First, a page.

The popular theosophic teaching about Karma is a teaching about the naturalistic evolution of the unredeemed soul, about the wanderings of the soul, which draws behind it infinite threads from the past. Karma is the law of nature, identified with the law of Divine justice, the naturalisation of Divine mysteries. And the Eastern teaching about Karma is a denial of graced love, of creative surfeit. Everything comes forth and everything is given only in the measure of justice. But Divine love is not a matter of justice, in it is given immeasurably more, than in justice ought to be given. This also is of the mystery of Christ, of the mystery of supra-abundant graced love, which to the Good Thief promises today the gaining of the Kingdom of God. The Good Thief in justice and in necessity is not worthy to be with Christ and behold the Kingdom of God, it becomes him yet to live through a thousand tormentive reincarnations. Theosophy does not want to know this mystery of Christ, this miraculous and graced deliverance from the oppression of the past, from the might of time, of this shrinking of infinite time into a single instant. Everything in theosophy is based on the terrible and irreversible measure of law, and it carries over into the very depths of Divine life. Karmic fate -- is just and commensurate with law, but it knows neither forgiveness nor mercy, it knows neither love nor freedom. Christianity however is first of all the religion of love and freedom, and not of justice and commensurability with law. From Eastern theosophy, from the teaching about Karma wafts a nightmare of the unredeemed past, and stretches its threads into the endless future. For the human soul there is no exit from the endless cosmic evolution, into the Absolute and Divine life. Betwixt God and me there always lies the endless evolution of uncountable worlds. Man remains under the power of the bad infinitude of the developing. There is no graced deliverance, no overcoming of all time with an exodus into the Absolute, Divine life. The mystery of redemption is not effected over the soul. Eternally, endlessly must the soul stumble about through the dark corridors, living out its Karma. This -- is the bad infinitude of the natural order, carried over as well into Divine life. The old Christian consciousness knew an ending, an exodus, a victory over time, paradise and hell, for which things there was no yet natural evolutionary process. Hell also was that dear value, which ransomed from the nightmare of the bad infinitude of reincarnation, of endless evolution. But an eternal hell is (even) better, than this endless process. In the religious consciousness of India a tremendous role is played by the thirst for deliverance from the nightmare of endless reincarnation. Bliss in Divine love or torment in the Divine fire, but at least there is an ending within the Divine, and not an infinitude within the natural. In hell itself there is (as it were) a Divine absoluteness. In this old Christian consciousness there is a limitedness of the field of vision, but there is also the great truth of an exiting from the natural order into the Divine order. Theosophy however does not know of an eschatology. Its immanentism -- is naturalistic, and not Divine. And for theosophy God is even farther from man, than with the transcendent dogmatics of the Church. But this -- is the distancing of an infinite natural evolution. In popular theosophy altogether unresolved is the question about time and eternity, about the relative and the absolute. Eternity and the absolute are naturalised, they are made suitable for this world. In the teaching about reincarnation is a great truth. Karma is the law of the natural life of the soul. Theosophy penetrates deeper into the structure of the cosmos and its developing, than does the traditional churchly metaphysics. But the natural truth about reincarnation is transformed within Christianity, it is transfigured, redemptive grace alters the ultimate naturalistic evolution of souls, time is abridged and can be condensed into a moment. The Good Thief, having turned himself to Christ, in a single instant lives out more, than he would live out within infinite cosmic evolutions. And mysticism always knows this victory over time and over the world, since it is oriented towards the depths of Divine life. This however is not known by an occultism, oriented towards the infinitude of cosmic life.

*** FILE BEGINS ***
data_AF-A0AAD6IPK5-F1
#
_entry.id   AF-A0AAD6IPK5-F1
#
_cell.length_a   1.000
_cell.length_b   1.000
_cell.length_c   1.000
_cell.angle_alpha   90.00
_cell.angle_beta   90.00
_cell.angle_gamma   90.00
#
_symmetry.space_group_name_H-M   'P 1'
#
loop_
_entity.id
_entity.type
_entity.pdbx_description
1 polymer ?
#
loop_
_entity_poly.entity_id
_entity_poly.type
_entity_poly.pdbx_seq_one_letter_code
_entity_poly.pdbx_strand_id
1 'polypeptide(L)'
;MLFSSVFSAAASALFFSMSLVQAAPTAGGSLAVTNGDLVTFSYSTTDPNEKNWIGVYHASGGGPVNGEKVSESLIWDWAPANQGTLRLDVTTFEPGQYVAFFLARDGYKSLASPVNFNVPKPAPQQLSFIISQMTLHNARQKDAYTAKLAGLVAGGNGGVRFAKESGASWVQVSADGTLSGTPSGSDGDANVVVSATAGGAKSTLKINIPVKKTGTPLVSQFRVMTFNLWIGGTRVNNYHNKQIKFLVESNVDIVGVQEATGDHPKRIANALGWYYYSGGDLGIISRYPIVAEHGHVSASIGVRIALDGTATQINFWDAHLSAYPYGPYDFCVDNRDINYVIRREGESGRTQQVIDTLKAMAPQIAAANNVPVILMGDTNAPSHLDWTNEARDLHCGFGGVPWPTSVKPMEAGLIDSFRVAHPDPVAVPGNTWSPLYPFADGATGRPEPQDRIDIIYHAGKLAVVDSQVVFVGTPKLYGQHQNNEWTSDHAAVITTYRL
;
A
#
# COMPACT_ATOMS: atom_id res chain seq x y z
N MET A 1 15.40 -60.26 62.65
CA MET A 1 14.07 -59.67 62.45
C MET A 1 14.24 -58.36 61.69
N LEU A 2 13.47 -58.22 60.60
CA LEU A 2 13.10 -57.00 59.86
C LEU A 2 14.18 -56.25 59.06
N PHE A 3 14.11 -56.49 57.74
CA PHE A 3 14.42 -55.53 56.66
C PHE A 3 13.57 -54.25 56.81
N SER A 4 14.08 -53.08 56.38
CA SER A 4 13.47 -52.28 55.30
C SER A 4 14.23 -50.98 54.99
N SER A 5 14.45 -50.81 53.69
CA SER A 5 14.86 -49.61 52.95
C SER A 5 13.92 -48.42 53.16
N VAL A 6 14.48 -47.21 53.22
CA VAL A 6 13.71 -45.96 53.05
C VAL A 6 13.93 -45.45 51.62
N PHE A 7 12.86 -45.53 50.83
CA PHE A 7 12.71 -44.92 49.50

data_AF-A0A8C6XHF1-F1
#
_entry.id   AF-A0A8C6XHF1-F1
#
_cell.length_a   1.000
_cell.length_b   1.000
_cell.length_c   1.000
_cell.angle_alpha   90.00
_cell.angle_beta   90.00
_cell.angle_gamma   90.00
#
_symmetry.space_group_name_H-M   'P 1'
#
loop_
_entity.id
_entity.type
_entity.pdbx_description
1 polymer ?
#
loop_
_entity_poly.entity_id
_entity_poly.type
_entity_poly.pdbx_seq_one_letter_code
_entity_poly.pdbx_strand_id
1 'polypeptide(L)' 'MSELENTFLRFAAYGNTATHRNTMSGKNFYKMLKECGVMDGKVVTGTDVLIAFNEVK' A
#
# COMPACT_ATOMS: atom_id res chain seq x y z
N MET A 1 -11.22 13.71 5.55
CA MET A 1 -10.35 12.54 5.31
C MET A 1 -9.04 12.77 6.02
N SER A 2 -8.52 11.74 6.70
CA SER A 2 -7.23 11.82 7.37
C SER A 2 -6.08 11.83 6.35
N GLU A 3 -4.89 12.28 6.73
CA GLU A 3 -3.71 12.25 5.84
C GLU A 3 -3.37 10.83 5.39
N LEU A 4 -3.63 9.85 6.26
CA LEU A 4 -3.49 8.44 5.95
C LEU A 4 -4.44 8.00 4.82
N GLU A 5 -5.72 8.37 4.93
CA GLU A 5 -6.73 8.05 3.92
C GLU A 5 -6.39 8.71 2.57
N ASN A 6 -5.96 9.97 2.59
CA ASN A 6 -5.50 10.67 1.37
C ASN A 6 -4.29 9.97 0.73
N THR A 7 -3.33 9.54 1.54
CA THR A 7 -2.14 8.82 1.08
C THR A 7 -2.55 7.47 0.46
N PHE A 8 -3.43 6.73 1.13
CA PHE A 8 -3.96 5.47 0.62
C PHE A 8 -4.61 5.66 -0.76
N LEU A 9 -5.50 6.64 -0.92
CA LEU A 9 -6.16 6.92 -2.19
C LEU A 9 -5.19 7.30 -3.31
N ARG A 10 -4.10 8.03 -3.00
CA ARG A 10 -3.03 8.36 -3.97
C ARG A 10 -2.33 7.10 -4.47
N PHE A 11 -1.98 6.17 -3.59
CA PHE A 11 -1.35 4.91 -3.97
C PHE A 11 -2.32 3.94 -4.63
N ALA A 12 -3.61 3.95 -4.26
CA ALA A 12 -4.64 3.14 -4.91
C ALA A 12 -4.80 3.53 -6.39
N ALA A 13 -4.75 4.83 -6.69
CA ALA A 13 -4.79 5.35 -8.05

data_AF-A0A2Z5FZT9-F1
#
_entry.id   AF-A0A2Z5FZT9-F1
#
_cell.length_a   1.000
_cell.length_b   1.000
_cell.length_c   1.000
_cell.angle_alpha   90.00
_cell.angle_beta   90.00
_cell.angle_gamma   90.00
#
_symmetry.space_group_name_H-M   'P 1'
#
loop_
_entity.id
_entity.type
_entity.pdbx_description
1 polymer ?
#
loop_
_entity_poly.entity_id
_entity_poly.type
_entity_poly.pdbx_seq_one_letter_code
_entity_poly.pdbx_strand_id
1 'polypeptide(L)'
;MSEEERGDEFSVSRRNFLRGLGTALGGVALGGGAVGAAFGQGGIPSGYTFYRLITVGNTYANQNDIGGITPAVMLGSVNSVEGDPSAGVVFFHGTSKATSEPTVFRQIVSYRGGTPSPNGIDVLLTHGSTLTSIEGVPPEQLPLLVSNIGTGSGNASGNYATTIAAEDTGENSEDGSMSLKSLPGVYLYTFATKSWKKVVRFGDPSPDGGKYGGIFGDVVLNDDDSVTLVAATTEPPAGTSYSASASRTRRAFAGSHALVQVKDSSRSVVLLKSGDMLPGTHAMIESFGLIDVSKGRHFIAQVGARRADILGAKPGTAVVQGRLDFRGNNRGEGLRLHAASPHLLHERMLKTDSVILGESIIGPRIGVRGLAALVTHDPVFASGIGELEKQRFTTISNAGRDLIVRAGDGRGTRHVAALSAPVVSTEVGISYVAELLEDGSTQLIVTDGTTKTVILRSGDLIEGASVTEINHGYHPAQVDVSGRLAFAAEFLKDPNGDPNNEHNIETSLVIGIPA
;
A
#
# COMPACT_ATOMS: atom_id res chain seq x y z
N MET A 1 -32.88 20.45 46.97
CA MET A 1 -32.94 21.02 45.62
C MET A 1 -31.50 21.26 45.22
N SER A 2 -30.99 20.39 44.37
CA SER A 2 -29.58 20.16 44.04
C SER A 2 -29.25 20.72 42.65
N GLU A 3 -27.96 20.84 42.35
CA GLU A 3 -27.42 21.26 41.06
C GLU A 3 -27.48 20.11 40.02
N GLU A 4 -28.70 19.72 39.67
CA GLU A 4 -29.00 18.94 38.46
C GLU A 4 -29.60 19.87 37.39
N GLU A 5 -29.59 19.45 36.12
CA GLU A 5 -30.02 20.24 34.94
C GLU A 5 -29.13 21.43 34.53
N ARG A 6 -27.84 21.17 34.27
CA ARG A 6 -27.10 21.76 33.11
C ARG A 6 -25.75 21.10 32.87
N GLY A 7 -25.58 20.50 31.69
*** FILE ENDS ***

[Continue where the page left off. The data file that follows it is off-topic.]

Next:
Theosophy, having its sources in India, in the non-Christian East, does not constitute anything uniquely unrepeatable, it does not know the mystery of the facial countenance, the countenance of Christ and the countenance of each man. For the theosophic consciousness nothing is unique, everything is endlessly repeated, of Christ there are many, and the human countenance is splintered into a multitude. Eastern theosophy is not the revelation about the “I”, about man. 3 It knows only an impersonal, non-human spirit, solely alone. But the impersonal pantheism is conjoined in it with a cosmic multiplicity, with a much-recurring repetition. A personalist metaphysics is completely alien to theosophy. The ancient religious and philosophic wisdom of India in modern theosophy is popularised and simplified. In the Indian God-consciousness there is something inexpressible in our language, not able to be translated into our European concepts. Being and non-being do not at all mean in Indian wisdom, what it means in European philosophy. Theosophy however adapts the wisdom of India into modern language and modern concepts and by this simplifies it. But we are all however aware, that the Christian truth about the person, about man, was foreign to ancient India. This -- was the original stage of development of the religious revelation of the One. And it is but the one-only and unrepeatable appearance of Christ that reveals the uniqueness and unrepeatability of every human countenance. Eastern theosophy does not know the God man. For theosophy man is but a tool of cosmic evolution, he is transitory. Man is enveloped within the cosmos in various membranes, from the splinterings of the planetary evolution. And so man is dissected into his component parts. Christ also is dissected and de-composited. There is no undissectable, no primordial and eternal countenance, nor Divine image. Theosophy does not know the First-Adam, the First-Man, coming forth prior to cosmic evolution and not derivable from it. J. Boehme taught about the First Adam and connected it with the New-Adam -- Christ. His theosophy was Christian. Christology and anthropology have an inseparable connection between them, -- this is a matter of two sides of one and the selfsame truth. Our teaching about man depends totally on our teaching about Christ, they are completely similar. And here the unbelieving Christology in modern theosophy, representing a giant step backwards in comparison with the theosophy of J. Boehme, begets also an unbelieving anthropology. In this type of theosophic thought there is no religious anthropology. Theosophy knows man and Christ only as capsizings within cosmic life, within the cosmic evolution. In the cosmic evolution everything is formed and decomposes, and nothing unique and unrepeated comes about. The unique and unrepeatable countenance dwelleth in God, and not in the world. It is in God, and not in the world that there mustneeds be seen both Christ, and man. And truly man through Christ -- the Absolute Man -- dwelleth within the very bosom of the Holy Trinity. Man is primordial and prior to the world, he is greater than the world and cannot be but its implement-tool. In the evolution of the world there forms and decays only the outward envelopings of man, and not his solely unique and unrepeatable facial-countenance, not his image of God. Thus ought a Christian theosophy to teach, one very distinct from that, which is expounded in the contemporary theosophic books. But God they all shun and separate off from the theosophic consciousness, He is to be attainable at the end of the cosmic evolution, which is not to have an end. The theosophic consciousness, totally oriented towards cosmic evolution, does not know of an end, does not know of Divine eternity. The knowledge of the end or of the actual infinity is indeed that knowledge, which is knowledge of the uniquely-personal. Bad infinity and bad repetition -- are of nature alone. Theosophy credibly teaches about the complexity and manifold-composition of man, about the connection of his fate with the cosmic evolution, about the envelopings of man. But the deficiency is in this, that for theosophy I as an human appear ultimately at the end of a long evolutionary process, and it is subjoined to other component parts. Theosophic immanentism does not liberate man and does not bring him nigh to God; God is not at all immanent for man, not in his depths, God is separated off from man by the cosmic evolution. And thus there appears a new transcendent, transcendent for man, -- the infinite and remote cosmic evolution.